US6295296B1 (en) 1998-09-08 2001-09-25 Cisco Technology, Inc. Use of a single data structure for label forwarding and imposition
US5991300A (en) * 1998-09-08 1999-11-23 Cisco Technology, Inc. Technique for efficiently performing optional TTL propagation during label imposition
US6216174B1 (en) 1998-09-29 2001-04-10 Silicon Graphics, Inc. System and method for fast barrier synchronization
US6266705B1 (en) 1998-09-29 2001-07-24 Cisco Systems, Inc. Look up mechanism and associated hash table for a network switch
US7246168B1 (en) 1998-11-19 2007-07-17 Cisco Technology, Inc. Technique for improving the interaction between data link switch backup peer devices and ethernet switches
US8416769B2 (en) 1998-11-20 2013-04-09 Level 3 Communications, Llc System and method for bypassing data from egress facilities
US8085761B2 (en) 1998-11-20 2011-12-27 Level 3 Communications, Llc Voice over data telecommunications network architecture
US8036214B2 (en) 1998-11-20 2011-10-11 Level 3 Communications, Llc Voice over data telecommunications network architecture
US8089958B2 (en) 1998-11-20 2012-01-03 Level 3 Communications, Llc Voice over data telecommunications network architecture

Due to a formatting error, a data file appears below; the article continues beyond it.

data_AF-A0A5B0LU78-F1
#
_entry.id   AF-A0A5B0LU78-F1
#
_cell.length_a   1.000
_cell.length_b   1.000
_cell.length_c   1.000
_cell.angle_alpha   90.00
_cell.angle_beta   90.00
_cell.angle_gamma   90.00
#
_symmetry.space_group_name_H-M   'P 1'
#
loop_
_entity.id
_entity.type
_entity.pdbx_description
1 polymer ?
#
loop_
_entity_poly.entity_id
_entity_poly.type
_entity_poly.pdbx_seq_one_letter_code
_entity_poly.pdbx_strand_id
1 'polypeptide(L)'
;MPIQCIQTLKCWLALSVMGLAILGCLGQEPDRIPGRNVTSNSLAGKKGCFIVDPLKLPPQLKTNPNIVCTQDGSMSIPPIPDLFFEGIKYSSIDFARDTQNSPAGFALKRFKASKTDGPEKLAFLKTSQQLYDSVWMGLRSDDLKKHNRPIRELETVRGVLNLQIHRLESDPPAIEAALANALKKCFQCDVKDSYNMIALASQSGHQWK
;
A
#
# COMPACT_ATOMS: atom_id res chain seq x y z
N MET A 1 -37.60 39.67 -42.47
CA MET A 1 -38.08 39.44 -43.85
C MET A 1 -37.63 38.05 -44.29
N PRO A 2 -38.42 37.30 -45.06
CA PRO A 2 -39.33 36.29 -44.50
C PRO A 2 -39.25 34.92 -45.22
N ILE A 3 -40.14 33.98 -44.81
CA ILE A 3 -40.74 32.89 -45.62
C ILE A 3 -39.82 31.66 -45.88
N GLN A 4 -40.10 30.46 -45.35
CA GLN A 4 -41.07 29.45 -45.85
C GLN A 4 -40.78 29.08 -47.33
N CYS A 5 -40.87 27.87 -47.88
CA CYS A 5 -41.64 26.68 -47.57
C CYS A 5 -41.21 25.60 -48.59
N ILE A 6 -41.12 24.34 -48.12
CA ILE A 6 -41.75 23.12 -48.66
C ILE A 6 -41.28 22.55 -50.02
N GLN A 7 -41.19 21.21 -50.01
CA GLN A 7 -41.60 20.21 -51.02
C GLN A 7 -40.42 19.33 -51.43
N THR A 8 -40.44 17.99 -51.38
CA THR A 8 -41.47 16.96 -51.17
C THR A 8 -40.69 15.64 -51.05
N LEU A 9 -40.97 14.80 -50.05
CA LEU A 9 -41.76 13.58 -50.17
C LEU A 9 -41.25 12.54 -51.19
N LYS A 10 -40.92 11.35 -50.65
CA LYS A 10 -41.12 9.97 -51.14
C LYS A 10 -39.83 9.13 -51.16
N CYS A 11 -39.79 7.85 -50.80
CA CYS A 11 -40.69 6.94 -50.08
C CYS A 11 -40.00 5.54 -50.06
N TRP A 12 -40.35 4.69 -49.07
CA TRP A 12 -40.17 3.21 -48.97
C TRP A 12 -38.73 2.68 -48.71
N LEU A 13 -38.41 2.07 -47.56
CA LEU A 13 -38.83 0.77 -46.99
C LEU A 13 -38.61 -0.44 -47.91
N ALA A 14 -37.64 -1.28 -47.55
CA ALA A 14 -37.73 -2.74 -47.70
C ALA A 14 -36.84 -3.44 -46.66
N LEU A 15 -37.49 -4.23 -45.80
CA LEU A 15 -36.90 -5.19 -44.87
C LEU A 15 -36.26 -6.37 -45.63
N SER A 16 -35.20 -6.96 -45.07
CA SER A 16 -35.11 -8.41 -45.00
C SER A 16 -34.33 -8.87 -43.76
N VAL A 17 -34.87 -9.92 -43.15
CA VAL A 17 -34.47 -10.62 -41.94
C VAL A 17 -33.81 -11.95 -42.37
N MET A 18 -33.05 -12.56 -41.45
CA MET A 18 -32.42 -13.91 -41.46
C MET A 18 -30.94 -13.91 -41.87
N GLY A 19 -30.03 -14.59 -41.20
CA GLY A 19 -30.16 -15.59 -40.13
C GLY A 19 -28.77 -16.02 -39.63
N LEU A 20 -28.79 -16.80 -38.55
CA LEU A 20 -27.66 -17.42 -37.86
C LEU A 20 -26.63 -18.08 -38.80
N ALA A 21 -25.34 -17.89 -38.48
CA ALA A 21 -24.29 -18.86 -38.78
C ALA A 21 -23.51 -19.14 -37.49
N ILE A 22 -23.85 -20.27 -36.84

US8693347B2 (en) 1998-11-20 2014-04-08 Level 3 Communications, Llc Voice over data telecommunications network architecture
US6614781B1 (en) 1998-11-20 2003-09-02 Level 3 Communications, Inc. Voice over data telecommunications network architecture
US7564840B2 (en) 1998-11-20 2009-07-21 Level 3 Communications, Llc Voice over data telecommunications network architecture
US8270421B2 (en) 1998-11-20 2012-09-18 Level 3 Communications, Llc Voice over data telecommunications network architecture
US8953585B2 (en) 1998-11-20 2015-02-10 Level 3 Communications, Llc System and method for bypassing data from egress facilities
US6442169B1 (en) 1998-11-20 2002-08-27 Level 3 Communications, Inc. System and method for bypassing data from egress facilities